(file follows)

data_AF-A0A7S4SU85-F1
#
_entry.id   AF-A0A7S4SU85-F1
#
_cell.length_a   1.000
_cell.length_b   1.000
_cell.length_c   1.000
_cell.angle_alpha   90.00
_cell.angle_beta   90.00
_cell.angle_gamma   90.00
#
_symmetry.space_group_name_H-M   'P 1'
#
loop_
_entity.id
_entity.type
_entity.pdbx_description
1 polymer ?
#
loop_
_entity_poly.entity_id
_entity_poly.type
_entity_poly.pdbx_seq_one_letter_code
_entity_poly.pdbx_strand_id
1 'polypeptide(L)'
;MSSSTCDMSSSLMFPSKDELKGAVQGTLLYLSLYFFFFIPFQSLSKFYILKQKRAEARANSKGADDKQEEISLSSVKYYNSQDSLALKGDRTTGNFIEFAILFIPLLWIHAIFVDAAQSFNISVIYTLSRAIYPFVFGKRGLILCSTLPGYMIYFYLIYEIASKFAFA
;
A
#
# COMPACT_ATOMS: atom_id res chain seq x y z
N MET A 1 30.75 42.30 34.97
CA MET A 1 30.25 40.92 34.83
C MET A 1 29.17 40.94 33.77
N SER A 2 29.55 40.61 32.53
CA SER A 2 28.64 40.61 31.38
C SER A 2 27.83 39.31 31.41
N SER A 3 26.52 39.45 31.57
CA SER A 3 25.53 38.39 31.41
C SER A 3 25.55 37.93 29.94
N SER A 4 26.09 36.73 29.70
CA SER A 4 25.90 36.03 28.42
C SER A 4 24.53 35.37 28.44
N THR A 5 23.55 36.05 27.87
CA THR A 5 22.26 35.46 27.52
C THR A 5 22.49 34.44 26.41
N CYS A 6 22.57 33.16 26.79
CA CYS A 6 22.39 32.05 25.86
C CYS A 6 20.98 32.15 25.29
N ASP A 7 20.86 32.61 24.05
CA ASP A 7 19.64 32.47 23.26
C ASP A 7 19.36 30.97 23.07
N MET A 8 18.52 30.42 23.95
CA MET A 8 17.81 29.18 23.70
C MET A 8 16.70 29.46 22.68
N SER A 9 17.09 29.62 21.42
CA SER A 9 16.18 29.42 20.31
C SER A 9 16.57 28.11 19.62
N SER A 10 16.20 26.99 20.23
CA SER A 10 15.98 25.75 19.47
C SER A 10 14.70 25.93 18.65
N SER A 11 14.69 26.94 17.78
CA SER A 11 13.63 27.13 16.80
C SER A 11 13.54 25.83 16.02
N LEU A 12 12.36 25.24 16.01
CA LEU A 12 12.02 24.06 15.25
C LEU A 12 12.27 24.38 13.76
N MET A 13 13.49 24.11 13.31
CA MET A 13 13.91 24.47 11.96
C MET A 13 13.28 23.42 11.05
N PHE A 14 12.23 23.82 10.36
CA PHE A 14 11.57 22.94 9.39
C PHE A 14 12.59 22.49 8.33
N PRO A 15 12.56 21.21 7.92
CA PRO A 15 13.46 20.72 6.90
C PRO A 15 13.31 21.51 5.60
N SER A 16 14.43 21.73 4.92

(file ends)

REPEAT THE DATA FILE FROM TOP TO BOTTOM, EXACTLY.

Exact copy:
data_AF-A0A7S4SU85-F1
#
_entry.id   AF-A0A7S4SU85-F1
#
_cell.length_a   1.000
_cell.length_b   1.000
_cell.length_c   1.000
_cell.angle_alpha   90.00
_cell.angle_beta   90.00
_cell.angle_gamma   90.00
#
_symmetry.space_group_name_H-M   'P 1'
#
loop_
_entity.id
_entity.type
_entity.pdbx_description
1 polymer ?
#
loop_
_entity_poly.entity_id
_entity_poly.type
_entity_poly.pdbx_seq_one_letter_code
_entity_poly.pdbx_strand_id
1 'polypeptide(L)'
;MSSSTCDMSSSLMFPSKDELKGAVQGTLLYLSLYFFFFIPFQSLSKFYILKQKRAEARANSKGADDKQEEISLSSVKYYNSQDSLALKGDRTTGNFIEFAILFIPLLWIHAIFVDAAQSFNISVIYTLSRAIYPFVFGKRGLILCSTLPGYMIYFYLIYEIASKFAFA
;
A
#
# COMPACT_ATOMS: atom_id res chain seq x y z
N MET A 1 30.75 42.30 34.97
CA MET A 1 30.25 40.92 34.83
C MET A 1 29.17 40.94 33.77
N SER A 2 29.55 40.61 32.53
CA SER A 2 28.64 40.61 31.38
C SER A 2 27.83 39.31 31.41
N SER A 3 26.52 39.45 31.57
CA SER A 3 25.53 38.39 31.41
C SER A 3 25.55 37.93 29.94
N SER A 4 26.09 36.73 29.70
CA SER A 4 25.90 36.03 28.42
C SER A 4 24.53 35.37 28.44
N THR A 5 23.55 36.05 27.87
CA THR A 5 22.26 35.46 27.52
C THR A 5 22.49 34.44 26.41
N CYS A 6 22.57 33.16 26.79
CA CYS A 6 22.39 32.05 25.86
C CYS A 6 20.98 32.15 25.29
N ASP A 7 20.86 32.61 24.05
CA ASP A 7 19.64 32.47 23.26
C ASP A 7 19.36 30.97 23.07
N MET A 8 18.52 30.42 23.95
CA MET A 8 17.81 29.18 23.70
C MET A 8 16.70 29.46 22.68
N SER A 9 17.09 29.62 21.42
CA SER A 9 16.18 29.42 20.31
C SER A 9 16.57 28.11 19.62
N SER A 10 16.20 26.99 20.23
CA SER A 10 15.98 25.75 19.47
C SER A 10 14.70 25.93 18.65
N SER A 11 14.69 26.94 17.78
CA SER A 11 13.63 27.13 16.80
C SER A 11 13.54 25.83 16.02
N LEU A 12 12.36 25.24 16.01
CA LEU A 12 12.02 24.06 15.25
C LEU A 12 12.27 24.38 13.76
N MET A 13 13.49 24.11 13.31
CA MET A 13 13.91 24.47 11.96
C MET A 13 13.28 23.42 11.05
N PHE A 14 12.23 23.82 10.36
CA PHE A 14 11.57 22.94 9.39
C PHE A 14 12.59 22.49 8.33
N PRO A 15 12.56 21.21 7.92
CA PRO A 15 13.46 20.72 6.90
C PRO A 15 13.31 21.51 5.60
N SER A 16 14.43 21.73 4.92